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Author Topic: It Must Be Jelly.....
Prop Wash
Member # 381

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A rather unusual title for a topic concerning aviation, but don’t blame me, blame Glen Miller. He’s the fella who thought of it.

It must have been 1960, or there-about. Although the simulators were available and in use for 707 training, the actual planes were utilized for initial qualifying and instrument checks on TWA’s and Delta’s interchange Prop-driven equipment. Of this, every pilot, crew-member, & airline employee is well aware. (We’ll just consider the above comments to be a little “back ground music” for passengers/visitors who also enjoy Captain Jack’s message board.)

Constellation Instructor looks at the guy in the left seat and says: “We’ve got a little time left. Is there anything else you would like to do?”

Guy in left seat: “Yes, Sir.”

Instructor: “What is it?”

Guy in left seat: “I’d like to go back in the tail of this thing and observe just what it would be like while you do a full stall.”.......NOTE: We all know that (practice) stall procedures have changed in recent years.

Instructor: Smiled and granted permission.

Conclusion: The empennage shuddered and groaned as if in pain. Observing the effects of a stall on this portion of the aircraft rather than the rather mild sensation (of practice stalls) from the cockpit was most interesting.

What a perfect combination of Beauty and Strength. These modern day “Twerkers” could learn a lot watching a very slow-flying Connie.

“It Must Be Jelly Cause Jam Don’t Shake Like That.” [Big Grin]

[ 06-19-2015, 16:00: Message edited by: extwacaptain ]

Posts: 1157 | From: Encino, Ca. U.S.A.  |  IP: Logged
Capn Eddie Ricketyback
Post Captain
Member # 3010

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Those of us who experienced the Connie have our own memories of the beast. Some of mine from my short tenure as an unwilling Flight Engineer are:
The Aux Vent Exit
The Ignition Analyzer, especially the double-shorted secondary.
The oil spots on my white uniform shirts (When I upgraded to F/0 I celebrated by buying all new shirts).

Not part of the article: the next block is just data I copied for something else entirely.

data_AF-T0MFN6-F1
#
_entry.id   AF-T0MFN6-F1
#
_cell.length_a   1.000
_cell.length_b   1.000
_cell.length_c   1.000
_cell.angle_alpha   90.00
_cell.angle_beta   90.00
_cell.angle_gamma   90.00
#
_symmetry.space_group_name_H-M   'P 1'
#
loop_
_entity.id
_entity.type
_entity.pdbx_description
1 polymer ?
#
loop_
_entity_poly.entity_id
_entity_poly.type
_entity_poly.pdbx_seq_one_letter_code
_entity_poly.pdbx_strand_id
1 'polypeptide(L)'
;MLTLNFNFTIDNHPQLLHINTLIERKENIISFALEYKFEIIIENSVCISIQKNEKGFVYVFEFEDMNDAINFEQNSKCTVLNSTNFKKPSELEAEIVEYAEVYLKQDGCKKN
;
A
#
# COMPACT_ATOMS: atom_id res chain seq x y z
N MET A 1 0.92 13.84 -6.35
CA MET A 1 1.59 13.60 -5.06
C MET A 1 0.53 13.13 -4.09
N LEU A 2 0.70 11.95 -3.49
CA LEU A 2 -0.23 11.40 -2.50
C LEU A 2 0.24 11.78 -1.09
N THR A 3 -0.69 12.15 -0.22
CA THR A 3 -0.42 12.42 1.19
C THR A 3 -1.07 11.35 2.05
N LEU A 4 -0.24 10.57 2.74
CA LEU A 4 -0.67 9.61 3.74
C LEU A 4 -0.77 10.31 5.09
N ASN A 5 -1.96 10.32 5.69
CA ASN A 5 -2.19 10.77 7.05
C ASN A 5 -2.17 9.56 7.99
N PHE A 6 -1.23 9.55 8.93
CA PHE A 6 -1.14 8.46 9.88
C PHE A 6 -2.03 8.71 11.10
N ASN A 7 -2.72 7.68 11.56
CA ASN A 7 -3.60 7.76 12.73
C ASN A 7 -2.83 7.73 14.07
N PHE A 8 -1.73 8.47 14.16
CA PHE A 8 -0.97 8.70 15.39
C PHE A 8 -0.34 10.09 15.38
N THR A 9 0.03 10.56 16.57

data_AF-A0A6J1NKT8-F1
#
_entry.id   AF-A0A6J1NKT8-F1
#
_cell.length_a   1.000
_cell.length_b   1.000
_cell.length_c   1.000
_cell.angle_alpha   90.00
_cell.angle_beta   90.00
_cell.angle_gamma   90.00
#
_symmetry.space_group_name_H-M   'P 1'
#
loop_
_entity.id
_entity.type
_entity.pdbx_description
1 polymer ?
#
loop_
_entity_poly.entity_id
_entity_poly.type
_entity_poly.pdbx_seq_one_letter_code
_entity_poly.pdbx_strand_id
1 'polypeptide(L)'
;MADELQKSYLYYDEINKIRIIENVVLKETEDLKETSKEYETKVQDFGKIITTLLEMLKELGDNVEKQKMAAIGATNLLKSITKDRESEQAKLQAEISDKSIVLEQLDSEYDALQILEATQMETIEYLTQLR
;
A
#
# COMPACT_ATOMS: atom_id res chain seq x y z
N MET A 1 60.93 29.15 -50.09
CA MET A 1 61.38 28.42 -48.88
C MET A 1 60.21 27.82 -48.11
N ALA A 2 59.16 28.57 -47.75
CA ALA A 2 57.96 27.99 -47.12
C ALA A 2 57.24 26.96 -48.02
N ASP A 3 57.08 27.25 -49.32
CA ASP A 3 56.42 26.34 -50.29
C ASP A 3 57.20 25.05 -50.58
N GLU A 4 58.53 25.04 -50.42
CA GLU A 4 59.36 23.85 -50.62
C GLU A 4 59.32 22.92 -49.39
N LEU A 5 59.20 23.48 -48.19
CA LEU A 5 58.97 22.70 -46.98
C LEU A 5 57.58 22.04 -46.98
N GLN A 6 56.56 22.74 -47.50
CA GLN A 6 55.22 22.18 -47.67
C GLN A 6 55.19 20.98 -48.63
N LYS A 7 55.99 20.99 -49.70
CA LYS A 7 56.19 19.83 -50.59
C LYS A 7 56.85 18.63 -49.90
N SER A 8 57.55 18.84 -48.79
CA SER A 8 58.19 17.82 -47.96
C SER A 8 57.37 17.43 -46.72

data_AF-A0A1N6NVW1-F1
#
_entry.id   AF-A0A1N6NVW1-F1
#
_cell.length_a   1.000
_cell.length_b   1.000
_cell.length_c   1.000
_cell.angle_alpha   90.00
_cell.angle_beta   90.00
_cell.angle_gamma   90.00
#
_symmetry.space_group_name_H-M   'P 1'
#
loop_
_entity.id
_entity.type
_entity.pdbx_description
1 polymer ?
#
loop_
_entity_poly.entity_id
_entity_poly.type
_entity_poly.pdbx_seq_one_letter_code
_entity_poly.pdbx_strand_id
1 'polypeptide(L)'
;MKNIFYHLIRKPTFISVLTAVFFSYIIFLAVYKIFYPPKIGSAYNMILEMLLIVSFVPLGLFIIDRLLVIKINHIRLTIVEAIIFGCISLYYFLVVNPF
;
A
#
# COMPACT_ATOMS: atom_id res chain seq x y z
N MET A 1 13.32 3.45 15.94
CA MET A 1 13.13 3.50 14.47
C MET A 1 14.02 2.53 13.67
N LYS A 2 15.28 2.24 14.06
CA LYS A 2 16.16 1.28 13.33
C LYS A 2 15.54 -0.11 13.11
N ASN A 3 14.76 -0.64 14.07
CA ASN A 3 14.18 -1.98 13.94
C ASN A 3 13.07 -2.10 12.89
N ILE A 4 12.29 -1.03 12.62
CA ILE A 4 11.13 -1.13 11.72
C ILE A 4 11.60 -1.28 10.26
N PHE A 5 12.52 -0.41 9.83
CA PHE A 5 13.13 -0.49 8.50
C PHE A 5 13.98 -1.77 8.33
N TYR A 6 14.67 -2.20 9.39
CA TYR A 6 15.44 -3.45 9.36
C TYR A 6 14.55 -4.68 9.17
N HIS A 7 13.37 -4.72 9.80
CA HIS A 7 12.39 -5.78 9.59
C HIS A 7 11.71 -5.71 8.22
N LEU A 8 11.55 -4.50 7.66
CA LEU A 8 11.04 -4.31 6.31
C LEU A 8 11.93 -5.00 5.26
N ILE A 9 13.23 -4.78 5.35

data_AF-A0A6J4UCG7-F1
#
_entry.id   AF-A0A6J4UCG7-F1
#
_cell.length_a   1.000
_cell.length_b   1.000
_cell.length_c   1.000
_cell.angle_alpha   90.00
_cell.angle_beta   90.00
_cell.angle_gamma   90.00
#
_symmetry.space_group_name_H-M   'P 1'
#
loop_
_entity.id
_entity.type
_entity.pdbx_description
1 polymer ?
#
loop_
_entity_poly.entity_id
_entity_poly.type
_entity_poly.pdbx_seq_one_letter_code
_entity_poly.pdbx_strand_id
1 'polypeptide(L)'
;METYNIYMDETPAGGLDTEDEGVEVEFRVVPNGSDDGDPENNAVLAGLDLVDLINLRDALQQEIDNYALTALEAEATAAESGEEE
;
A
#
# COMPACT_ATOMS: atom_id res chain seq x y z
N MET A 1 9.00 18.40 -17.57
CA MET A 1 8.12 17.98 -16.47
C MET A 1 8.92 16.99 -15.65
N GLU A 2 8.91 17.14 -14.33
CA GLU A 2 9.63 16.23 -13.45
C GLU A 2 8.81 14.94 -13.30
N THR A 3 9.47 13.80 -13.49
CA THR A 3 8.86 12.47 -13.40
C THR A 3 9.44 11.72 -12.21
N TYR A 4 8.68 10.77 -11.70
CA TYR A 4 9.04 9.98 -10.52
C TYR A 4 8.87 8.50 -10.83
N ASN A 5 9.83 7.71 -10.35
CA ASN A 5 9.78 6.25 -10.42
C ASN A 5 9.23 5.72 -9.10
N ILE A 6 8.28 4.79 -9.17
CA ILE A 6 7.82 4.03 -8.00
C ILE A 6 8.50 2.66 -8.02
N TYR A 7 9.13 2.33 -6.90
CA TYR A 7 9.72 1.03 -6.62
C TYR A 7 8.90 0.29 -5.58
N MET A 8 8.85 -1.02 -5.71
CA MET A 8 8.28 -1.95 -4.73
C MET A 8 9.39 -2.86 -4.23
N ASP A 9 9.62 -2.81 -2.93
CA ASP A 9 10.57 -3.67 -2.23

Being happy about crossfeeding fuel without shutting down three engines.
Being happy about flying a flight from MKC-STL-BNA-ATL-BNA-STL without shutting down an engine.
Otherwise, it was great fun!

Sorry, but I'm afraid I'm going to have to commit poetry (lame as it may be):

A marvelous bird was the Constellation.
When it came into service it was a sensation.
It flew coast to coast
With more style than most
Until the jets came along and replaced 'em.

[ 06-21-2015, 09:29: Message edited by: Capn Eddie Ricketyback ]

Posts: 328 | From: South Carolina  |  IP: Logged
Prop Wash
Member # 381

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[QUOTE]Originally posted by Capn Eddie Ricketyback:
The oil spots on my white uniform shirts (When I upgraded to F/0 I celebrated by buying all new shirts).

The “N” number was 2861G. Sally bought that thing for me many years ago out of appreciation for my not spending days off at the race track and/or golf course. Since it came in a two-seat model it provided much pleasure for us both until we became fully aware of its drinking problem. (Not the gas, but the OIL!!!)

That AT-6 should not have been allowed out of sight of an oil well and the two items should have been sold together as one.

Your story about the “oil spotted” uniform shirts could very well have solved 61G’s one gallon an hour habit........You could have left them in my airport mail box after your flight....for no charge, I’d have “wrung out” the oil, dumped it into “Jessie” and together we could have saved the Air Force a few bucks.

It has been said that engines seem to run smoothest just before they quit. That one did.

Once upon a time, 42 years and one week ago (June 15, 1973), you may not believe this, but that same airplane changed its own oil automatically. Yep, that’s what the records would seem to indicate.

It left VNY At 05:40 for LAS (N). Time enroute 1 hr. 40 min. Three searches were then flown. (one for 2 hrs. 30 min...the second for 2 hrs. 45 min. and the third for 2 hrs. 45 min. before returning to VNY at 19:40 after another 1 hr. and 30 min. flying.)

Specs. for that airplane indicate an approx. 10 gallon oil tank. After each sortie, (they really “dig” that military language in California Civil Air Patrol) the usual almost 3 gallons of oil was added. Total flying time for the day was (check me on this) 11 hours and 10 minutes.......(We had a multiple crew.)
A gallon an hour was accurate enough to keep the aircraft log.

Therefor, if the tank holds ten and that amount is added over every ten hours....”VOILA” An automated oil change system.

Remember when the service station attendant would ask: “Would you like me to clean that windshield?”

[ 06-22-2015, 16:05: Message edited by: extwacaptain ]

Posts: 1157 | From: Encino, Ca. U.S.A.  |  IP: Logged

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